Old homes are flush with natural wood trim that cries out for a fresh coat of paint. Maybe you have an old piece of furniture that you want to update with some acrylic paint you have lying around. Many of these old pieces that are left in their natural state are coated with a thick layer of shellac. The question is, can I paint over shellac?

The good news is that you can learn how to paint over shellac in just a few steps. If you want to learn more about how to finish your furniture, take a look at some of these helpful hints!

Will Paint Stick to Shellac?

Whether you are attempting to paint trim or a piece of furniture, many people naturally wonder whether they can paint over shellac. The answer to this question is determined by the type of shellac on the surface of the wood.

Zinnsers bullseye shellac contains about 6 % wax.

There is both waxed shellac and dewaxed shellac. If you were not the person who originally finished this piece, then you may not know whether the shellac is waxed or unwaxed. Unfortunately, there is no simple way to tell the difference between the two.

For those who do know what type of shellac was used, you can move forward with painting the piece appropriately. The shellac does not have to be dewaxed if you plan to use oil-based paint. It does have to be dewaxed if you plan to use waterborne paint.

Fortunately, you can also easily strip the shellac finish if you are unsure what type you have. It will take less than fifteen minutes and does not require any significant amount of elbow grease.

All you have to do is soak a clean rag in denatured alcohol and rub it over the surface of the shellac. This dissolves the finish and gives you a clean slate for putting any type of paint over the surface of the wood. You may want to consider applying a primer before moving ahead with a new coat of paint.

Preparing the Piece for New Paint

Stripping the shellac finish isn’t the only thing you need to do if you plan on painting over shellac. Much like any other painting project, you need to make sure that the surface is clean and properly prepped. You will most likely find that the piece needs to be thoroughly scrubbed and possibly even sanded before you can move forward with painting.

Cleaning can be done using a paper towel soaked in mineral spirits. Continue to replace the paper towel as soon as it gets dirty. You may go through a lot of paper towels, but you don’t want to skip this part of the process. This can quickly get rid of build-up from cleaners, polishes, and other chemicals that can interfere with your paint.

If you find that you need to sand the piece, try using a fine grit sandpaper. Lightly abrade the entire surface until it is even and smooth. When you finish, apply another coat of mineral spirits to help remove some of the dust and ensure that the surface is ready to receive paint.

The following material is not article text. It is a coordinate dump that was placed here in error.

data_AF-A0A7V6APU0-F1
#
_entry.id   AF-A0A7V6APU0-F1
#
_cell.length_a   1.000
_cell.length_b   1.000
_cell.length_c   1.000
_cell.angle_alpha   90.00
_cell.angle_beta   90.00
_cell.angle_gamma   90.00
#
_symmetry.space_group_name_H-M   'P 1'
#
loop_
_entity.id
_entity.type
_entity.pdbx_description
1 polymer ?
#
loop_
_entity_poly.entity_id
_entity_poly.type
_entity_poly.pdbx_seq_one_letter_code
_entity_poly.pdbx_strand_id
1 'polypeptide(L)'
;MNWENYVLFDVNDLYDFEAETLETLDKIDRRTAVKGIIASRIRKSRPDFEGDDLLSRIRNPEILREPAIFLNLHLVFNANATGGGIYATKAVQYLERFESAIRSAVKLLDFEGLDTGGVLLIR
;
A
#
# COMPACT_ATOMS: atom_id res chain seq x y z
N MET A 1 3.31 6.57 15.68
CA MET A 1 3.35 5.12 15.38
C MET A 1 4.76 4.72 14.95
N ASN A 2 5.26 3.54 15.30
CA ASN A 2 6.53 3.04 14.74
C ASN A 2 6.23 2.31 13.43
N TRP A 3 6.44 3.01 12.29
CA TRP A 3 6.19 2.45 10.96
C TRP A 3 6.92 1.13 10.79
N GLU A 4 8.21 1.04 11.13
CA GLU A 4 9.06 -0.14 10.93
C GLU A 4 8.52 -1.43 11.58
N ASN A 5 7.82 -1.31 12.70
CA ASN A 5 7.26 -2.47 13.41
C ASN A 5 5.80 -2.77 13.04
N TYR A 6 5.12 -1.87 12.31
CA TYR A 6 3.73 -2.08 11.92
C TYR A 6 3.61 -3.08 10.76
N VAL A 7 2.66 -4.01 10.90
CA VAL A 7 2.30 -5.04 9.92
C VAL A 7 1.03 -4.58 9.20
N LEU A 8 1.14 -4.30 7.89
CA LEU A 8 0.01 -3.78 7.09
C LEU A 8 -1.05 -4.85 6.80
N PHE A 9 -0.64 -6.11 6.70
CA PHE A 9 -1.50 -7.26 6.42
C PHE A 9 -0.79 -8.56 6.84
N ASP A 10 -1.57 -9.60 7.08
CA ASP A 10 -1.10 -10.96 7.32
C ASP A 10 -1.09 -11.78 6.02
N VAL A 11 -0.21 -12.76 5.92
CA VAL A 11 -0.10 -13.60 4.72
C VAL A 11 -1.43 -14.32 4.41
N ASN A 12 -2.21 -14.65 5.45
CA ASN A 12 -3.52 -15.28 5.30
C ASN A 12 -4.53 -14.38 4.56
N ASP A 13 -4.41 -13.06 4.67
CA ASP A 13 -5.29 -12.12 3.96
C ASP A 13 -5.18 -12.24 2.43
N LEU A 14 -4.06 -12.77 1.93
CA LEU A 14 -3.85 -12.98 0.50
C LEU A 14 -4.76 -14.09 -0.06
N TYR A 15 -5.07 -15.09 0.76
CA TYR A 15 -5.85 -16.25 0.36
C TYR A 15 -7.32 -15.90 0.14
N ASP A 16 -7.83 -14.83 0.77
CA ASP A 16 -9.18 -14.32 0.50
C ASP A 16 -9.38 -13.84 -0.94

Latex Paint over Shellac

One of the most popular forms of painting a wooden piece is using standard latex paint. Latex paint can be used to cover up the wood, but the shellac must be in good condition. This means removing any dirt and grime, sanding down parts that have turned gummy, and correcting any places that are “alligator peeling.”

Shellac can actually function as an excellent primer for latex-based paints. It smooths out the surface of the wood and helps to fill in any naturally occurring knots or pinholes. Instead of painting over shellac surface prep and primer, you can simply roll out your final coat of paint.

Can You Shellac Over Acrylic Paint?

Some people are attempting to do the opposite of painting over shellac. They want to learn how to apply shellac over top of their recent paint job to add more shine. The good news is that you can apply several different types of finishes over top of the acrylic paint to make it more durable and add a sheen.

Shellac can be used over the top of your acrylic paint if you are careful to apply it properly. You can use one coat to seal the wood. All you need to do is rub it on liberally and then wipe the surface to seal it. Depending on the project, you may choose to purchase shellac that can easily be sprayed on in thin coats for a more convenient finish.

Proper Preparation

The trick to successfully painting over the shellac is in the preparation of the finish and the wood itself. Be sure to strip the shellac, clean the surface, and sand as necessary. Depending on the state of the shellac, you may even need to consider applying a thin coat of primer before you paint the final coat. Ensuring that everything is in excellent condition upfront is the key to a successful project.

Thomas Luttrell
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